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23rd SOWS: Hurricane prepared with a global impact

  • Published
  • By Staff Sgt. Rito Smith
  • 1st Special Operations Wing Public Affairs

The National Hurricane Center and the 23rd Special Operation Weather Squadron are currently monitoring Hurricane “X” located southwest of the area of responsibility. This system will slowly begin to curve north and northeast before it makes landfall over Alabama Wednesday morning. The expansive wind field will contribute to a prolonged period of tropical storm force winds extending across the western Florida panhandle. Impacts to Hurlburt Field are as follows…

For weather Airmen, this is a common message crafted to alert and inform the 1st Special Operations Wing Commander and mission partners of potential threats to base resources and the population.

“We are part of the planning process for missions but also deal with resource protection,” said U.S. Air Force Tech. Sgt. Mandy Wright, 23rd SOWS craftsman. “We tailor our reports to each aircraft and the potential threats that are inherent to various weather conditions.”

On a typical day, weather Airmen are responsible for tracking weather systems that impact missions across the 1st SOW and their mission partners. They also brief flight commanders about potential hazards for each aircraft’s threshold.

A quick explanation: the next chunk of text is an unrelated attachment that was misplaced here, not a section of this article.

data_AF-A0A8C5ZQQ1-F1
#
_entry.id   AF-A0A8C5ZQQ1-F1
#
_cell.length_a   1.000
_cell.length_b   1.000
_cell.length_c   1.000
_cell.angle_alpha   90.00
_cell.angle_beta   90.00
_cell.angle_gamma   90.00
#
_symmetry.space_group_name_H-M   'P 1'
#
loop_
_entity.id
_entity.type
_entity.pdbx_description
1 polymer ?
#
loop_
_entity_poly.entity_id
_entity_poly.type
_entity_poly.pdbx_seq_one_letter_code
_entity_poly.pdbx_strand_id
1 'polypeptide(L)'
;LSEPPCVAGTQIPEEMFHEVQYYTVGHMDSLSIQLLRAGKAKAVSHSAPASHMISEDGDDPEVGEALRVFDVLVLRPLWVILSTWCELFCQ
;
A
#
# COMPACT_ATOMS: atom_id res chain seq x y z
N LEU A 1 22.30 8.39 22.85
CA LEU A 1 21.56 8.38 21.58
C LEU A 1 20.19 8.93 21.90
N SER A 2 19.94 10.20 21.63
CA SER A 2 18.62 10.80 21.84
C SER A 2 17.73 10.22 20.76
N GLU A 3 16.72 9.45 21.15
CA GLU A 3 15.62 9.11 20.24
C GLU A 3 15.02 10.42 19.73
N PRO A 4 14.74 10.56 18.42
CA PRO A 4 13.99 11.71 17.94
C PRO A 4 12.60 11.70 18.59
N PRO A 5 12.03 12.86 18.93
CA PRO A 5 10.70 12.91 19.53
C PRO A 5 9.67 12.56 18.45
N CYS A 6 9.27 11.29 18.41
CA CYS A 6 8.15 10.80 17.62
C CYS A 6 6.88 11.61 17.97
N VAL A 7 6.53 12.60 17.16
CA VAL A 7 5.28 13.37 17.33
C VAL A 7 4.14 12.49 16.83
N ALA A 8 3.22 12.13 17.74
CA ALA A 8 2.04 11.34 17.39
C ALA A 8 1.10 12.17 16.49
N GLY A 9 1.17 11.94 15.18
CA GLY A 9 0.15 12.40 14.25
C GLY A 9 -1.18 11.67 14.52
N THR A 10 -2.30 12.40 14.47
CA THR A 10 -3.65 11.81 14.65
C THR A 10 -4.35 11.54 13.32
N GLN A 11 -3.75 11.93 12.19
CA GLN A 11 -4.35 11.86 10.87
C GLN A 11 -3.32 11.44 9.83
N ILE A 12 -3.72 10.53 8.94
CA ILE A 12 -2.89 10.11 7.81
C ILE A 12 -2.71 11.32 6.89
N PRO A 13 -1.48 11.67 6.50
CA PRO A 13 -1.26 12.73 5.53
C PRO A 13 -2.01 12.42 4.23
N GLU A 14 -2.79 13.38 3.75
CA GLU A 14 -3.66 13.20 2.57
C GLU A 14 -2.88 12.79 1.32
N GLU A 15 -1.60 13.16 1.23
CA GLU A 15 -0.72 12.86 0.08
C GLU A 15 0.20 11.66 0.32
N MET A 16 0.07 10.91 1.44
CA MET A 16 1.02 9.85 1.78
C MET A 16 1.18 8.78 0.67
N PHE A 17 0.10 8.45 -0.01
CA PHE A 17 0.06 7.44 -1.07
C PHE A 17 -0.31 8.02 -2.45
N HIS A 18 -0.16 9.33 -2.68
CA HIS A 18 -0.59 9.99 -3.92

“We are unique because at times we support more than just Hurlburt Field,” said Wright. “We have detached units that can support weather operations for the special operations community around the world.”

Once a natural disaster, such as a tropical storm or hurricane appears within their area of responsibility, they shift to interpreting the National Hurricane Center’s report and adjusting it to reflect specific impacts to the base, aircraft and personnel.

“Normally we tailor the weather report to specific aircraft and their mission needs by filtering out irrelevant information and giving them what they need to accomplish that mission,” said Staff Sgt. Jarred Smith, 23rd SOWS craftsman. “For tropical storms and hurricanes, we take the big picture information given to us, and as it gets closer, we adjust our report to the specific threats to the base.”

Once a numbered or named storm enters the AOR, or is forecasted to enter the AOR, the weather flight issues the initial tropical update and continues to monitor the storm. Depending on external factors, they will begin updating every six hours to get a good grasp on when the storm will hit.

Some of the things they monitor are maximum expected rainfall, maximum expected wind, center position, direction, and the speed of movement.

“When we issue these updates, we are never deviating from the National Hurricane Center, but we are trying to get the most accurate information to the Wing Commander so they can make decisions about the evacuation of assets,” said Wright. “At the end of the day, we are here to advise on what we expect, and knowing that it has such an impact on the mission is very fulfilling.”